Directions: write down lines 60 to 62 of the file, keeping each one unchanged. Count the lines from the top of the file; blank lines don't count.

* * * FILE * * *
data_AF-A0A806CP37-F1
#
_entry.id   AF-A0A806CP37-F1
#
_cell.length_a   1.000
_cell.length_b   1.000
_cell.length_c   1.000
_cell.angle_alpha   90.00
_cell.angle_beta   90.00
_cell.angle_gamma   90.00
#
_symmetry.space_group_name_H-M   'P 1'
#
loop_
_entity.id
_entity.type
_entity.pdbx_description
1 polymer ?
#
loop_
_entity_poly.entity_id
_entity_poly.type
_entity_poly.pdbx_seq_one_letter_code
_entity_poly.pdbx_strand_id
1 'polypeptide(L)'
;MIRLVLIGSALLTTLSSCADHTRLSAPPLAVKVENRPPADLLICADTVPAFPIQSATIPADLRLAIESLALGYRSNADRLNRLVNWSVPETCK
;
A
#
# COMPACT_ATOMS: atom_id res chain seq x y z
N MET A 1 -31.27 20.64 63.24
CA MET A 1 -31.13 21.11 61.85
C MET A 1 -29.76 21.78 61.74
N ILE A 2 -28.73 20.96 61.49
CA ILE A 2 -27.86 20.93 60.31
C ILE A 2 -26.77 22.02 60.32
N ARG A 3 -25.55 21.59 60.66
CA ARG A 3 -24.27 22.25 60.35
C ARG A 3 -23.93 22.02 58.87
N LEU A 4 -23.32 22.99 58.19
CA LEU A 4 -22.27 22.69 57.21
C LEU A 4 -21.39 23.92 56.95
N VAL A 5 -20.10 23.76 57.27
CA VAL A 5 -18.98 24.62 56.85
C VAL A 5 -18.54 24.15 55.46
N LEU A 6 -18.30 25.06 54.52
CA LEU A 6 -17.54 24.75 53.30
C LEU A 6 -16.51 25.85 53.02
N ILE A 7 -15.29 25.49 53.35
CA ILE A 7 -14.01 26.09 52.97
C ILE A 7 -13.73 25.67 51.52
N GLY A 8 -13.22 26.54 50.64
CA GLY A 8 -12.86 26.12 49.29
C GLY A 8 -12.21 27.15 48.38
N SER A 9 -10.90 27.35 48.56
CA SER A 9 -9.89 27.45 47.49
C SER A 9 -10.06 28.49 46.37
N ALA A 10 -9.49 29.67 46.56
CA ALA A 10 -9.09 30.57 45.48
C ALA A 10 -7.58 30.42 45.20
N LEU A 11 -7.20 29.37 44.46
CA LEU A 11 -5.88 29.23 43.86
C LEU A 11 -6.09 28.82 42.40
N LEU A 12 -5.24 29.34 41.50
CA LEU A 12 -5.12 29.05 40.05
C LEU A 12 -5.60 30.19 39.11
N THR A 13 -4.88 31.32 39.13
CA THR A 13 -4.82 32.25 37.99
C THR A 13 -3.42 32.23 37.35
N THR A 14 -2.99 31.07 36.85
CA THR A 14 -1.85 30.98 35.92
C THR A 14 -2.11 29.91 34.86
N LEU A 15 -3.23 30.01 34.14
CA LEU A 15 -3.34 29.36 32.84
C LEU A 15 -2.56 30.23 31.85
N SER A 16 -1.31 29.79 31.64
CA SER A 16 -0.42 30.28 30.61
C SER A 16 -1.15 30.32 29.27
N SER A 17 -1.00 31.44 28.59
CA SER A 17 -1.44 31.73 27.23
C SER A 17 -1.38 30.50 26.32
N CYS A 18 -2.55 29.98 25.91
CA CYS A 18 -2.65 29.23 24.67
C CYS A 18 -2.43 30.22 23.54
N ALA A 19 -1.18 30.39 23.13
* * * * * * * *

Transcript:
C ALA A 10 -7.58 30.42 45.20
N LEU A 11 -7.20 29.37 44.46
CA LEU A 11 -5.88 29.23 43.86